- on reception of input from the hardware, translates hardware address of the input to SIOC script variable and send the proper command to SIOC
By lack of a better name I call this program IOControl.
Below you will find an overview of all software components of the FSIO system:
In the picture above you see all components of FSIO.
The SIOC script is, as already mentioned the SINGLE SOURCE of CONFIGURATION data within the project. (here)
The PMDG Data-Event Server component is not needed if you do not use PMDG. In fact this is an independent program that can be used without any other FSIO component. Read more about it here.
IOContol runs on any PC on the network where FSX/SIOC is. It is the interface between the hardware (processor card) on the USB and SIOC.
IOControl and the microcode in the PIC go hand-in-hand. The microcode does al the scanning and interfacing with the hardware (panel units). IOControl does all the other stuff, like: preparing values and protecting sending out of limit values to the microcode, rotary encoder acceleration etc. IOControl translates hardware input into SIOC variables.
IOControl does not need to be on the same system with SIOC or even flight simulator. IOcontrol connects as client to SIOC server. As long as it can read (a copy) of the current SIOC.SSI script file it can run on any PC in the network.
Function overview of IOControl
At startup IOControl will read the SIOC.SSI script file and collects all configuration data that deal with hardware input/output functions.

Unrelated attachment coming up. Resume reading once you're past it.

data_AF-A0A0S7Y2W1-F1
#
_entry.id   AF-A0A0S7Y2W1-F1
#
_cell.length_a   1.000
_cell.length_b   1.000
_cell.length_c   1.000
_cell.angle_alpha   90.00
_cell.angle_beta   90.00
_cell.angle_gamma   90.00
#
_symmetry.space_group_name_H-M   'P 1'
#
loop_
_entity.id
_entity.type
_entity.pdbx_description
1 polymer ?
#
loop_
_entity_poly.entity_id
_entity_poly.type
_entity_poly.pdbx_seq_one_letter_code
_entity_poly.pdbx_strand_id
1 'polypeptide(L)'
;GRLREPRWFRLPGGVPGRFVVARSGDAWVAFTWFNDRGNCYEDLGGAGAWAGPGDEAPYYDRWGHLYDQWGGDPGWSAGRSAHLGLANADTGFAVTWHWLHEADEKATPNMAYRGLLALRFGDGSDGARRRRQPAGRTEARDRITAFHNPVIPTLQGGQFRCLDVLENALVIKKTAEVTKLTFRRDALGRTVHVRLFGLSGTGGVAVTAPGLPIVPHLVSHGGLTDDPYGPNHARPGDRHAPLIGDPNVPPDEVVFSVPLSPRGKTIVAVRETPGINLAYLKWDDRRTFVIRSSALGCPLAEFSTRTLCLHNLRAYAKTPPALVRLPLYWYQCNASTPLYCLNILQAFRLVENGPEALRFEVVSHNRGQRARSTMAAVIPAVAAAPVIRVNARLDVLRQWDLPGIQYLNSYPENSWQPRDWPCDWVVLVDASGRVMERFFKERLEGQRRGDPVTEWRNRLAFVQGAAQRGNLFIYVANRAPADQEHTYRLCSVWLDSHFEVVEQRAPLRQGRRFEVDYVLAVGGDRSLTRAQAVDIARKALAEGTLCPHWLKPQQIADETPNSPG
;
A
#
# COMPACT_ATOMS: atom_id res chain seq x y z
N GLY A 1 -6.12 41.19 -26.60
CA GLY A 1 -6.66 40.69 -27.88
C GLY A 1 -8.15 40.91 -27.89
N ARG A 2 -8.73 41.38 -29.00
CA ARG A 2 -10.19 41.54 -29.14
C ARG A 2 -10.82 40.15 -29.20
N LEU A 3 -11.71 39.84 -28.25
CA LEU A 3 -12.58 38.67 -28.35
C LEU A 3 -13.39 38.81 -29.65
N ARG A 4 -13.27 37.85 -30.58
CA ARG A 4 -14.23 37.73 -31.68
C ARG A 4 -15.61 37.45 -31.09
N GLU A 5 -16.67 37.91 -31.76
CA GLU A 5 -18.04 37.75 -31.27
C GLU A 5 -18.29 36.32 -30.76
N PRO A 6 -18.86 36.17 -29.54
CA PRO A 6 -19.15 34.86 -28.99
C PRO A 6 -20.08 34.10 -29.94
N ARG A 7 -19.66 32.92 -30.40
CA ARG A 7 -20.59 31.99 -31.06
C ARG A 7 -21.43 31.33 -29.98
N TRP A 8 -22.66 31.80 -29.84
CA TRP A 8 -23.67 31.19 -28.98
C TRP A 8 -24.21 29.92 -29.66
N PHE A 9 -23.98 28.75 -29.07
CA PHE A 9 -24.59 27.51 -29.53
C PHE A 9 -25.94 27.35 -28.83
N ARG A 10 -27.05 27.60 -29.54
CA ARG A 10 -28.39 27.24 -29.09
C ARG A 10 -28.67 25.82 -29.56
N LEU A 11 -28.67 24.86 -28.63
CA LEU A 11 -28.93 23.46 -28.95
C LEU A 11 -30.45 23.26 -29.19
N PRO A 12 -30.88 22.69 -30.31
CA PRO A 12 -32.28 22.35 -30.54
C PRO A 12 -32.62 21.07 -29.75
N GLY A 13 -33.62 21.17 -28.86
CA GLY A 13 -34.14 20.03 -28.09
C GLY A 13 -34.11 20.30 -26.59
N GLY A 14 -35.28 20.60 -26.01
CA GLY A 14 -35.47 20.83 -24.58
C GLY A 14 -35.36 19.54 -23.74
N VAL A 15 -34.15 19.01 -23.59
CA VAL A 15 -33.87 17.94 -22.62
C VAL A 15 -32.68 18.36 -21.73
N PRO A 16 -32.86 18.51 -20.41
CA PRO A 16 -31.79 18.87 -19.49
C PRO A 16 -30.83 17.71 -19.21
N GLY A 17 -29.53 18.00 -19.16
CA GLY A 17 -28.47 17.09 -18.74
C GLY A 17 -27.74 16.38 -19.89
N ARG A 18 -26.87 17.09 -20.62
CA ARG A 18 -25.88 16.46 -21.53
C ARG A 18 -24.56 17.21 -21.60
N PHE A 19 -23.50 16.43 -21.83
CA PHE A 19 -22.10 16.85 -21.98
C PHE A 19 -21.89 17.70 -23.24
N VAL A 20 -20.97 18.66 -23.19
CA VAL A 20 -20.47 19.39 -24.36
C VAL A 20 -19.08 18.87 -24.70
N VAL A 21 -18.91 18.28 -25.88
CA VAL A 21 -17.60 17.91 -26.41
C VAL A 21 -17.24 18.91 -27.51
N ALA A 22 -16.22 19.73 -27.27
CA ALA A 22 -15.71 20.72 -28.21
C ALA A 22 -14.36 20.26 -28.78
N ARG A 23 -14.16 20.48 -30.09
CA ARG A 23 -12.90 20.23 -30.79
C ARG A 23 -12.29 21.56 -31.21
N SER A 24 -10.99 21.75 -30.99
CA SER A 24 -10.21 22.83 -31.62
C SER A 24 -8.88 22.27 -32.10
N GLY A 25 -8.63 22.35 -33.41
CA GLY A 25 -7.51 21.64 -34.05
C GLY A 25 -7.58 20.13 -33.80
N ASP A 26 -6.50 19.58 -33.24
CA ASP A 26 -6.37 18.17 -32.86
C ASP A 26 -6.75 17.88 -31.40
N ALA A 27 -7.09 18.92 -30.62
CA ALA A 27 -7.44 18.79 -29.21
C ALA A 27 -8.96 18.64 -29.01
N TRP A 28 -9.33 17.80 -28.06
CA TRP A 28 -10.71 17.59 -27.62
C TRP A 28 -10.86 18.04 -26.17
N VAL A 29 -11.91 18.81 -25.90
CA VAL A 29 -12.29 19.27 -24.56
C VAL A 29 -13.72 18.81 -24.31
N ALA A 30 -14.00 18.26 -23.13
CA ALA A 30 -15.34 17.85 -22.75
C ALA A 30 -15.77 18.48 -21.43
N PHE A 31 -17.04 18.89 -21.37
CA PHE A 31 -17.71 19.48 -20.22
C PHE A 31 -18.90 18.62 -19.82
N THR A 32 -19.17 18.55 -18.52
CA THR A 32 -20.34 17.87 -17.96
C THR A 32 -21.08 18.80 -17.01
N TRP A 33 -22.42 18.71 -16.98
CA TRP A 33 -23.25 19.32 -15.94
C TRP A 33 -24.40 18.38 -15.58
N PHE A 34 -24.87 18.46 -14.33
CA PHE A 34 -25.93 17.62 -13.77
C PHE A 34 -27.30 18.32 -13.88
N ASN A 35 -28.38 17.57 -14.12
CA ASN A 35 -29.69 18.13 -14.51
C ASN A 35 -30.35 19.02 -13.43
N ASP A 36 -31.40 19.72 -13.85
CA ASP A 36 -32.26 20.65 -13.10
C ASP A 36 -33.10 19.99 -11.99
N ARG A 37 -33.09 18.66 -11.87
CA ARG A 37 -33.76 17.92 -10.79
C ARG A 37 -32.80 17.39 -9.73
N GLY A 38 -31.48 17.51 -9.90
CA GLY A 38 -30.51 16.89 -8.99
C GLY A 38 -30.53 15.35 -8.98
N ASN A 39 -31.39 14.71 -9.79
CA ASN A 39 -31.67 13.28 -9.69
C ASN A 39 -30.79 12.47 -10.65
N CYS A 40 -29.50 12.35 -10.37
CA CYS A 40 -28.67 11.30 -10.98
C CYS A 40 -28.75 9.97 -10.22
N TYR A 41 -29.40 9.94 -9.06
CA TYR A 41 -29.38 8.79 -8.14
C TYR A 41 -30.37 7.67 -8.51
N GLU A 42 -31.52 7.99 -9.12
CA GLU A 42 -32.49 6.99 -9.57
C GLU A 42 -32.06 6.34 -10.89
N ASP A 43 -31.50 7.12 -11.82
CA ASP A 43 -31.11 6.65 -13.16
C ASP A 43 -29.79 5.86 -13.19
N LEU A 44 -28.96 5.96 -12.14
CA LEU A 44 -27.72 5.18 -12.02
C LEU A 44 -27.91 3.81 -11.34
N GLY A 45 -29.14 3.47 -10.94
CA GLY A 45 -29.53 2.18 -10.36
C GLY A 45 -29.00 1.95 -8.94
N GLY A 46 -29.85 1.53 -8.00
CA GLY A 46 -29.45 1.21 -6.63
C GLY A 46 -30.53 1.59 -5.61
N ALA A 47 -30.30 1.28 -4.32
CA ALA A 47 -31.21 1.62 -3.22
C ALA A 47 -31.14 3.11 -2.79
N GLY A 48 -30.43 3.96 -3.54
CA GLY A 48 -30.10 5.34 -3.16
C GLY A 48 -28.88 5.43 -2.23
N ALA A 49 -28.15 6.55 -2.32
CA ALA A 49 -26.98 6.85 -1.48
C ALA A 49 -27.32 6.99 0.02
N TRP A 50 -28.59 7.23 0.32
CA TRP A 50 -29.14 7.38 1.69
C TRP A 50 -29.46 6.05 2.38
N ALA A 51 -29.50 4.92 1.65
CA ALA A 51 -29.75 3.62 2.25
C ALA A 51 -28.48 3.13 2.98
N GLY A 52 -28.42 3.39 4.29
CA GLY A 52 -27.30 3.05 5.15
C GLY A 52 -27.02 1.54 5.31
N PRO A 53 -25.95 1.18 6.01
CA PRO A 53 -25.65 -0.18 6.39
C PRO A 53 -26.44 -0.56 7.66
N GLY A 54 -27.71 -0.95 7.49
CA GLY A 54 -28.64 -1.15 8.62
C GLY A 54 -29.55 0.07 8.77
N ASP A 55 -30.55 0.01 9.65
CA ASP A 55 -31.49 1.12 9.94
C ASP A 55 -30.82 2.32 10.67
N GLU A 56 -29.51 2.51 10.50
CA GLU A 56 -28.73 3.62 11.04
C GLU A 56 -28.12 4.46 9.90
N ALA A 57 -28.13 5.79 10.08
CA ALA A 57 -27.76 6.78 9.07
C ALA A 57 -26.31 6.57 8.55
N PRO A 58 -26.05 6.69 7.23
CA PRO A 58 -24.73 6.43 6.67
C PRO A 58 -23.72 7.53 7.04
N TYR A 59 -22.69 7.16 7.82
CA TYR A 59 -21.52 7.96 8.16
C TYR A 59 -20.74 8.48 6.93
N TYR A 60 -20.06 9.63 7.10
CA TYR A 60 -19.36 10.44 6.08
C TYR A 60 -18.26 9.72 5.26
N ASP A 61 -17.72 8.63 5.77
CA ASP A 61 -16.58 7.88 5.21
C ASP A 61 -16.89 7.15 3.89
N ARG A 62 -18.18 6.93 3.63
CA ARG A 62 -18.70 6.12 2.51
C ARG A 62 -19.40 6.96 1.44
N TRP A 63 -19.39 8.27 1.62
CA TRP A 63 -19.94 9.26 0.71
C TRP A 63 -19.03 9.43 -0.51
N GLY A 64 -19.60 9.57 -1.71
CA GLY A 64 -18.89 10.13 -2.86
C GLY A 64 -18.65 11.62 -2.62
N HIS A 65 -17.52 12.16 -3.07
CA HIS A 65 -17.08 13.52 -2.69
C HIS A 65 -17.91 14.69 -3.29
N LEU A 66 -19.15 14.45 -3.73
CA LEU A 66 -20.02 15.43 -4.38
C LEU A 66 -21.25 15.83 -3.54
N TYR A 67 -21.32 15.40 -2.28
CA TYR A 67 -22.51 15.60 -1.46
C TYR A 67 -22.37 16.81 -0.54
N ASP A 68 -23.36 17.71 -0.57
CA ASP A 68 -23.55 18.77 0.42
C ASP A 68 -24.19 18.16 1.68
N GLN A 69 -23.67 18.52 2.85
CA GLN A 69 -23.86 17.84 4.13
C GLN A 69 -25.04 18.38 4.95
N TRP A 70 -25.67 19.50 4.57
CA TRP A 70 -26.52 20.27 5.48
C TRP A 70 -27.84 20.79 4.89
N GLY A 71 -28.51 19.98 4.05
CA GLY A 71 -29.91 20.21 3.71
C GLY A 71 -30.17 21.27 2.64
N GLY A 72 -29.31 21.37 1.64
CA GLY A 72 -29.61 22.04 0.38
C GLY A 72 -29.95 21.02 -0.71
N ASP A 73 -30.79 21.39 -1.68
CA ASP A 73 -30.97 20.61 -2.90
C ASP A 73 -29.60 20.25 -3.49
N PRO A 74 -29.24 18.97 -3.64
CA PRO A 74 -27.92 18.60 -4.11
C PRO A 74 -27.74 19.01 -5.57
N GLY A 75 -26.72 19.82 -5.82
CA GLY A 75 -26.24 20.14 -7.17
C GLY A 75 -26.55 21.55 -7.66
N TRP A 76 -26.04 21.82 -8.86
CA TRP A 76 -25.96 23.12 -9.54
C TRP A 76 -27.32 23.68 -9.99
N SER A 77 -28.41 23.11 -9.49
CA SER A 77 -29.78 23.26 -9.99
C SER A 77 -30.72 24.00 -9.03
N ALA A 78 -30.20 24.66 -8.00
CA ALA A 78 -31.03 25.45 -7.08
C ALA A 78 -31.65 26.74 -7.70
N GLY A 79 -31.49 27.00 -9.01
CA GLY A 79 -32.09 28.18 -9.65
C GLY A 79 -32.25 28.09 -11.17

Next IOControl will connect to SIOC.
From the configuration file IOControl now knows what SIOC variables it needs to display on indicators, numeric displays, relays and servo’s. So, in its initialization message to SIOC IOContol request the variables it needs from FS/FSUIPC/SIOC.
Now SIOC now knows what variables we need. If any of the requested variables changes, SIOC will send the changed variable data to IOControl. IOcontrol will then send command to the microcode to display it (set the servo or relay).
When we push a switch or turn a rotary encoder, the microcode will send the event to IOControl over the USB connection. IOControl will then translate the hardware address of the switch to the SIOC variable and send the event to SIOC.
The two software components the PIC18F4550 microcode and IOControl make the system.
Today, IOControl can handle 8 USB processor cards.
- The microcode in ALL USB processor cards is the same version. No need to maintain serveral special purpose values of the microcode.
- At first use the processor cards is given a Logical Device number that is stored in EEprom.
In other chapters we will talk about:
- Panel Unit hardware
- Processor Card hardware
- configuration of hardware in SIOC
- switches & rotary encoders
- displays & LEDs
- non-chain hardware:
- analog input
- IOControl software inner working
All software and firmware that I talk about on this site can be downloaded (free). You will find download links on my forum about FSIO . Each first item of a forum will hold the appropriate dowload link. The forum is members only, so you need to register.